in the Web 2.0 world may actually be trying to give offense or arouse resentment!
A single person can communicate with the masses – their friends, or the public –
real-time, through a variety of channels, with positive or negative spin. By
“tweeting” on Twitter, “blogging” on Blogspot, answering questions on forums,
uploading videos or photos, promoting links to useful information, rating a product,
service, or content, and populating wikis, they will try to influence, gain feedback
or reactions from, and disseminate information to others.
Figure 1: Web 2.0 Enables Information Sharing Across the
Figure 1 shows the
principles of the Web 2.0 community sharing information. Users contribute content
through a variety of media that others may proactively receive (whether they
consume the content or not) or seek when desired. A key premise underlies this
activity: if content begets content, votes, subscriptions, or commentary through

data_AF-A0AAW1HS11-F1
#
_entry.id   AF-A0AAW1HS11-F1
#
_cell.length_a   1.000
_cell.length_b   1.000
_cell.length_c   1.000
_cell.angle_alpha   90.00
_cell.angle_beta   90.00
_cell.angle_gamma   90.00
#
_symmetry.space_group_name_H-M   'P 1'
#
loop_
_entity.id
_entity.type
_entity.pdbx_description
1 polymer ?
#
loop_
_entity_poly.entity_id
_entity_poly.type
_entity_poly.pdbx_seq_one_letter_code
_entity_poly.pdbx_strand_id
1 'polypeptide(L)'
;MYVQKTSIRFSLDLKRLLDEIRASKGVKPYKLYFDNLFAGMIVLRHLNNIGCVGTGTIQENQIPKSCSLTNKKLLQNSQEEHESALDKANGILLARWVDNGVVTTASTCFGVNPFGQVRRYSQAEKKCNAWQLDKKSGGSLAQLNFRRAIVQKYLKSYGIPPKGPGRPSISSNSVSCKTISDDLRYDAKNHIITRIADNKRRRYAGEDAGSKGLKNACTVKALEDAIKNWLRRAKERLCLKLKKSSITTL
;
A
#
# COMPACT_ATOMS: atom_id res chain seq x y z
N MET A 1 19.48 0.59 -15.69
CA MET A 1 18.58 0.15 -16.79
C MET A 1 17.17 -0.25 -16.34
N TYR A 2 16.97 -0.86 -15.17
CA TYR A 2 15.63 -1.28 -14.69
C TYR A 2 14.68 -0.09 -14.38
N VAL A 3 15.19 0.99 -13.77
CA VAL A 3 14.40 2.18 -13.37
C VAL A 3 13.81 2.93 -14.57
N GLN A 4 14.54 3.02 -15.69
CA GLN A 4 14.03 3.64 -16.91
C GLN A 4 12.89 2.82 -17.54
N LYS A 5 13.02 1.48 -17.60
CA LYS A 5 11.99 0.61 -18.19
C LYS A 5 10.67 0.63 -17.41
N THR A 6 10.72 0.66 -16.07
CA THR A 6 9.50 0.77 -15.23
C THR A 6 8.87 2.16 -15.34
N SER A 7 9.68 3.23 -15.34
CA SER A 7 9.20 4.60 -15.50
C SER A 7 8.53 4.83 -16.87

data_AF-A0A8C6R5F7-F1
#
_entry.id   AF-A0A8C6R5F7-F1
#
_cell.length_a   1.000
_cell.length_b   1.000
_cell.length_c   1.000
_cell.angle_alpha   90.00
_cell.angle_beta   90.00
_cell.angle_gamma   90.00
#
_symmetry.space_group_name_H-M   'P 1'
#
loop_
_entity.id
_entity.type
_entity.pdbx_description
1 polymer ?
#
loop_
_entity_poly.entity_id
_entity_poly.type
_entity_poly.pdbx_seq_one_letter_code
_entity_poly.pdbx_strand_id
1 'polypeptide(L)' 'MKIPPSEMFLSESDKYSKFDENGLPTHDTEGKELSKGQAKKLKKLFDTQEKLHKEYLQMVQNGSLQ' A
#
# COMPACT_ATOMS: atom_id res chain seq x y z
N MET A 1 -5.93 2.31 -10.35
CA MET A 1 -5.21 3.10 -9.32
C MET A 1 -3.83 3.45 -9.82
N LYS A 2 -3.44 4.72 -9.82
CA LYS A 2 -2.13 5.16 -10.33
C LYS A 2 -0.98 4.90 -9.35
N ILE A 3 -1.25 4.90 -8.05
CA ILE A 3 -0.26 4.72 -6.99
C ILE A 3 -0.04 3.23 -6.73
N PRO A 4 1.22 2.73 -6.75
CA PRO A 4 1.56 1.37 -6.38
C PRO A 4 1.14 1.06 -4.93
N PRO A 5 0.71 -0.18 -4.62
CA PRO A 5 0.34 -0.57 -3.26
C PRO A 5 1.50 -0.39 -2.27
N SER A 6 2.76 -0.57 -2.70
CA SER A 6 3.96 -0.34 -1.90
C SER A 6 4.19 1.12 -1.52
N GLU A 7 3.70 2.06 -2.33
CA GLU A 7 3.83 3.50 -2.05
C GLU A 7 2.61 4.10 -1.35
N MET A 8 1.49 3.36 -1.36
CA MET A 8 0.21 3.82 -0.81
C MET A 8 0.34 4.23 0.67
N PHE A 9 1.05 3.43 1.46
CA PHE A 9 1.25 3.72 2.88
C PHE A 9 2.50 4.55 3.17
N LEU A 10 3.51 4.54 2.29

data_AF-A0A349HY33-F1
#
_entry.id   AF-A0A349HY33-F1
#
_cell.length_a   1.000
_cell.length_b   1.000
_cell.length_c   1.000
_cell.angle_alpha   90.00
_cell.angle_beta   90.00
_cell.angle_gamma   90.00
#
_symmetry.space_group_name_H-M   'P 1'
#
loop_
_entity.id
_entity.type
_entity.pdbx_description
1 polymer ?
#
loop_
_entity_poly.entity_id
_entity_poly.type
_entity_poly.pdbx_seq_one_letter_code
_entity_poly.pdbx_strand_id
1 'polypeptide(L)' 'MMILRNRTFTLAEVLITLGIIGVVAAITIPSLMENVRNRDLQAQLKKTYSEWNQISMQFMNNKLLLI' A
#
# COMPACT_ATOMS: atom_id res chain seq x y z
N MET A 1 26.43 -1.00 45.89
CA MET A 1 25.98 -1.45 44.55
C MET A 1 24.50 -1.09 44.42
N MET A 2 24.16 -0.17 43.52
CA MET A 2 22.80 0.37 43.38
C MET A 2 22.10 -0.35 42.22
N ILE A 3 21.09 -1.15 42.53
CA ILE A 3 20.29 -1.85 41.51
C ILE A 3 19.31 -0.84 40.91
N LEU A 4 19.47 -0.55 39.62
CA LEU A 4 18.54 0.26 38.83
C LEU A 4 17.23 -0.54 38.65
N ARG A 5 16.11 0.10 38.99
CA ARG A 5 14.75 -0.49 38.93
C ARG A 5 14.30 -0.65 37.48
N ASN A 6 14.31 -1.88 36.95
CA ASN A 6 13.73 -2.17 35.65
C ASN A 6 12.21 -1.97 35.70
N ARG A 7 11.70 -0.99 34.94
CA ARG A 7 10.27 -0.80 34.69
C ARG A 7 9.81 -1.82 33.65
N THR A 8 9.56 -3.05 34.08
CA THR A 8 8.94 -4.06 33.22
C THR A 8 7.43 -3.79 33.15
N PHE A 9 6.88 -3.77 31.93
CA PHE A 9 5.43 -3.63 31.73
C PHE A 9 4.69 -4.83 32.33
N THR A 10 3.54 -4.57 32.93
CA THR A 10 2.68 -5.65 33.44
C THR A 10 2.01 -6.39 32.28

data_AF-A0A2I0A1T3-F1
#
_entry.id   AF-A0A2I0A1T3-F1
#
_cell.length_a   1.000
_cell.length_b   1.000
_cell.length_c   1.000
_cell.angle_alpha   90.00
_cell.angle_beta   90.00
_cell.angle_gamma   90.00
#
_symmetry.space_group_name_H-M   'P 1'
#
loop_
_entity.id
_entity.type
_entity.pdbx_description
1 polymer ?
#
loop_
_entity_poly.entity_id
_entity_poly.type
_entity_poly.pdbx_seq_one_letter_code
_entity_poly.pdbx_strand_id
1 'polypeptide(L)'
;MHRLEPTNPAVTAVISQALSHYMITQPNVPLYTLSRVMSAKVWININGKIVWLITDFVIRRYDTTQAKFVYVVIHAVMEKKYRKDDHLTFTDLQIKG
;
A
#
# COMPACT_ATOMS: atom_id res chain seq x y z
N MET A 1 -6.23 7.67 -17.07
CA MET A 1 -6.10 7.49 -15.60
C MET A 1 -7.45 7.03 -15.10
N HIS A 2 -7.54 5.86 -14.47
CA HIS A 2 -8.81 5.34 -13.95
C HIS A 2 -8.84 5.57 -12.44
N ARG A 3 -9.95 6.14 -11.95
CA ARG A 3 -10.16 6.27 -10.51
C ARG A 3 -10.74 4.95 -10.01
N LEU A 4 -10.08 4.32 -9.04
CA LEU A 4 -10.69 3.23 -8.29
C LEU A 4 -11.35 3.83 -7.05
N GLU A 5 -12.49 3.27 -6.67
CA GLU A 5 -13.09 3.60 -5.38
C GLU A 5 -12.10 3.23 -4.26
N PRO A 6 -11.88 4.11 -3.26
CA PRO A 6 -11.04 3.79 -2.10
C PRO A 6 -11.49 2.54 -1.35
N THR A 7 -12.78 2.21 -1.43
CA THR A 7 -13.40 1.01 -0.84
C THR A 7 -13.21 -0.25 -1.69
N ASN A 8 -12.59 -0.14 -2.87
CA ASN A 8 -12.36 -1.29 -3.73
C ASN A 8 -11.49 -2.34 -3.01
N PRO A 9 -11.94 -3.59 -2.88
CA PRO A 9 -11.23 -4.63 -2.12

secondary contributions (what I’m calling a “boost”), it gains value in the
Why should you care
Web 2.0 is viral. Facebook has 175 million users. It’s not
just Gen X and Millennials anymore; the 30+ year-olds are Facebook’s fastest
growing demographic. Lance Armstrong had 317,000 followers and growing on
Twitter, last I checked. That’s only slightly more than the CEO of Zappos. Think
about that! Tony Hsieh is promoting a brand and engaging his staff to serve
customers in ways we couldn’t fathom just a few months ago. Comcast is
monitoring Twitter feeds to hear what customers say and respond. [Yes,
“Comcastcares.”] As I write this article, I could “Ask a question about Apple and